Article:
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    (Way off thread, for which apologies, but).....so here, perhaps, is an acid test of the validity of this principle. Just how would you define, say, a southbound Chiltern Railways service concluding its journey into London from either the Aylesbury line or the High Wycombe route. It passes Neasden South Junction (200m 66c) and runs into Marylebone station (205m 74c or thereabouts), so the milepost parameter would surely make this a "Down" service?? And vice-versa, a Marylebone departure is definitely heading in the direction of MP 0, and passes a descending series of quarter mile-posts that perpetuate GC mileages, at least for the first few miles. So surely it would be right to define this as an "Up" service??

    OK, so it may have been 50 years and 9 months since any train running into Marylebone over this last part of the route originated at MP 0 , or any departure ended up there, but I would be interested to learn of any definitive views about this particular situation.

    In the meantime, I suppose I really do need to think about getting out a bit more!! ;) ;)
     
    Last edited: Jun 5, 2017
  17. John Stewart

    John Stewart Well-Known Member

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    No. They could leave in two directions for Derby. South (ie. "Up") then swinging west to where they would join the main line from Leicester (just before the current Sheet Stores Junction) and become "down" trains. Alternatively, leave north and swing west (now closed) onto the original Midland Counties direct chord for Nottingham to Derby traffic, joining the Leicester-Derby line just east of the current Long Eaton (formerly Sawley Junction) Station.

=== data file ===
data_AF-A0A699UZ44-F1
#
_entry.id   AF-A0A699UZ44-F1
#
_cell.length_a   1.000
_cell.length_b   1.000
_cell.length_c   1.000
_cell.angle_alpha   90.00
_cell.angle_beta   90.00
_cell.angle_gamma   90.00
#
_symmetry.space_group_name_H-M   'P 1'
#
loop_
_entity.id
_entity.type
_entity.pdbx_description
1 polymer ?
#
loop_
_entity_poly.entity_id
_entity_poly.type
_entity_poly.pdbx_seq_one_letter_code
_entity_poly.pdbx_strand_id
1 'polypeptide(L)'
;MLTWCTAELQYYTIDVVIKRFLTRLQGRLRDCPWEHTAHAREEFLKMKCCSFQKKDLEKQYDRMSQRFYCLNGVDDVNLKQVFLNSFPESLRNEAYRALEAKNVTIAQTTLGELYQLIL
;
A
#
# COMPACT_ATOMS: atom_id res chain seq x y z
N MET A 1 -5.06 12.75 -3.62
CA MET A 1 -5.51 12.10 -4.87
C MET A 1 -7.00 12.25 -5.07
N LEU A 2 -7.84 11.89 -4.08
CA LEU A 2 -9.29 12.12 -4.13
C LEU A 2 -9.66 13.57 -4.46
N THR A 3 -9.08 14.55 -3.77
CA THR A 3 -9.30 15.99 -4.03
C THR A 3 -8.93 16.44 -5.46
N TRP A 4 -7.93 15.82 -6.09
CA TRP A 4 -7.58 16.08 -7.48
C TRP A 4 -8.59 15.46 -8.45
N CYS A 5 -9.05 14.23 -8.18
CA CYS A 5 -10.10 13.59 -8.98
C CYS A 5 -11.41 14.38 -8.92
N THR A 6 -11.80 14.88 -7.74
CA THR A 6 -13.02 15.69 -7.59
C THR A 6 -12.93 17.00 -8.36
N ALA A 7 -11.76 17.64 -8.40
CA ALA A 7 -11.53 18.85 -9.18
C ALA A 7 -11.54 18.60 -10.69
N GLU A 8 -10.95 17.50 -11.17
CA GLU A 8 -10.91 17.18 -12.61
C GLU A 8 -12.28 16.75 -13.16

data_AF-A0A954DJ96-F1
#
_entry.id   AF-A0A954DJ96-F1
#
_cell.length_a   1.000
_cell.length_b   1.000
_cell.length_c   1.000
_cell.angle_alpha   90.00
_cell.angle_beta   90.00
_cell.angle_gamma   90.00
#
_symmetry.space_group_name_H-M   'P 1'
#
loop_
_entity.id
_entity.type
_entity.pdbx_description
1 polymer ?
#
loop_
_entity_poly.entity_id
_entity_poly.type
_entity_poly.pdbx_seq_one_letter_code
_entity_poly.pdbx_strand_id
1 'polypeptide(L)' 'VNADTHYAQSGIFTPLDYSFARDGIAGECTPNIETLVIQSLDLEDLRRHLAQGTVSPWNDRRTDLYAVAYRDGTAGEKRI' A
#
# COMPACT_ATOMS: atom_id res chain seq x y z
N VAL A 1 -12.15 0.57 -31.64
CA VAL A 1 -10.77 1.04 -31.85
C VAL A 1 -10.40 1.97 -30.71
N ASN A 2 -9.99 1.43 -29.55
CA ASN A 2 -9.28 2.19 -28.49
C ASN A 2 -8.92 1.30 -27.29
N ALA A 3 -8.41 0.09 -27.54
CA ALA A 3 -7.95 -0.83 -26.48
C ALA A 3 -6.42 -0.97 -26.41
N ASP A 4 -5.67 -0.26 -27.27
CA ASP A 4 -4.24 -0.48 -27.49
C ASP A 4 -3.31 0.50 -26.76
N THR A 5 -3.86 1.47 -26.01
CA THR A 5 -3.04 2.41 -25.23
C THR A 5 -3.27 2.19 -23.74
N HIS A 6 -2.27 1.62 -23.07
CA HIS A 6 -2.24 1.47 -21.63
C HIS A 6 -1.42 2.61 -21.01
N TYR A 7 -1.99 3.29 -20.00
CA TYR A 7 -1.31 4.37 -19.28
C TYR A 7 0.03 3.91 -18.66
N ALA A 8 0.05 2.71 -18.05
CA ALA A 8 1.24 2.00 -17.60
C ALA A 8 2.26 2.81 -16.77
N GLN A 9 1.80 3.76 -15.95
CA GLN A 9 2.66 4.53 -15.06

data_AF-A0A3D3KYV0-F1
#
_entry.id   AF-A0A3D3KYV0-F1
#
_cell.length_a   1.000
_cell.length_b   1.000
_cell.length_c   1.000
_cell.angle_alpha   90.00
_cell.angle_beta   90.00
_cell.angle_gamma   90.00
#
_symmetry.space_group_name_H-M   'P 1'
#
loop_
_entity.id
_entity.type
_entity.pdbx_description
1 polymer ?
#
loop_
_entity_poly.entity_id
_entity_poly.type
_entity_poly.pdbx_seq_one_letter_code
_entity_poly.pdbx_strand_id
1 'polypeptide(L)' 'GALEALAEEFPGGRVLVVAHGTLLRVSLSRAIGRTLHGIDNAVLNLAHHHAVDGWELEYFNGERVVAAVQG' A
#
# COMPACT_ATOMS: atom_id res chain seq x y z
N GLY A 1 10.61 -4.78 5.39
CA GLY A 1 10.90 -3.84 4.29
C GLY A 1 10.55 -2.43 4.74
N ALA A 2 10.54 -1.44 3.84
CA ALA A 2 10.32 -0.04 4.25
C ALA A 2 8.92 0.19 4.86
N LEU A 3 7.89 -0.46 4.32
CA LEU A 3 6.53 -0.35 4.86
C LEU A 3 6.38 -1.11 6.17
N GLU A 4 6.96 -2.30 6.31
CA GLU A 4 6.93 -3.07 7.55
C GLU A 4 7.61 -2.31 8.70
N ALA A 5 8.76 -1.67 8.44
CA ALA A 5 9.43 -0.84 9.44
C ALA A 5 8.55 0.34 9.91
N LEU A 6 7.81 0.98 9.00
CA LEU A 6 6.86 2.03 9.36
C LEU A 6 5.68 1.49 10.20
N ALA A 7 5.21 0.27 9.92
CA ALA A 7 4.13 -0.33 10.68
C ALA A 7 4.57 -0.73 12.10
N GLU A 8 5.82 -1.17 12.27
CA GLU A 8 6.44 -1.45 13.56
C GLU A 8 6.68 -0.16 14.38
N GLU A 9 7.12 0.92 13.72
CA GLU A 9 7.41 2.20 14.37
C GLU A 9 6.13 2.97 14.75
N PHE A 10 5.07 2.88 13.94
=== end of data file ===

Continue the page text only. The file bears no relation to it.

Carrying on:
It did until the London extension was built then the entire main lines to the north were recalculated from St. Pancras and it became "Up" to London. However, Bristol-Birmingham-Derby remained "Up" to Derby. Thus one can still travel "up" from Birmingham to Stenson Junction, turn right to Sheet Stores Junction, trail into the MML and continue "up" to London, just as one would leaving New Street on the LNWR lines and running direct to Euston. (Not everyone knows that).:)
     
  18. daveannjon

    daveannjon Member

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    Anyone know what time it arrived back please?

    Dave
     
  19. LMarsh1987

    LMarsh1987 Well-Known Member

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    00.49
     
  20. Big Al

    Big Al Nat Pres stalwart Staff Member Moderator

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    RTT says that the Ealing Broadway return was at 0049 - on time.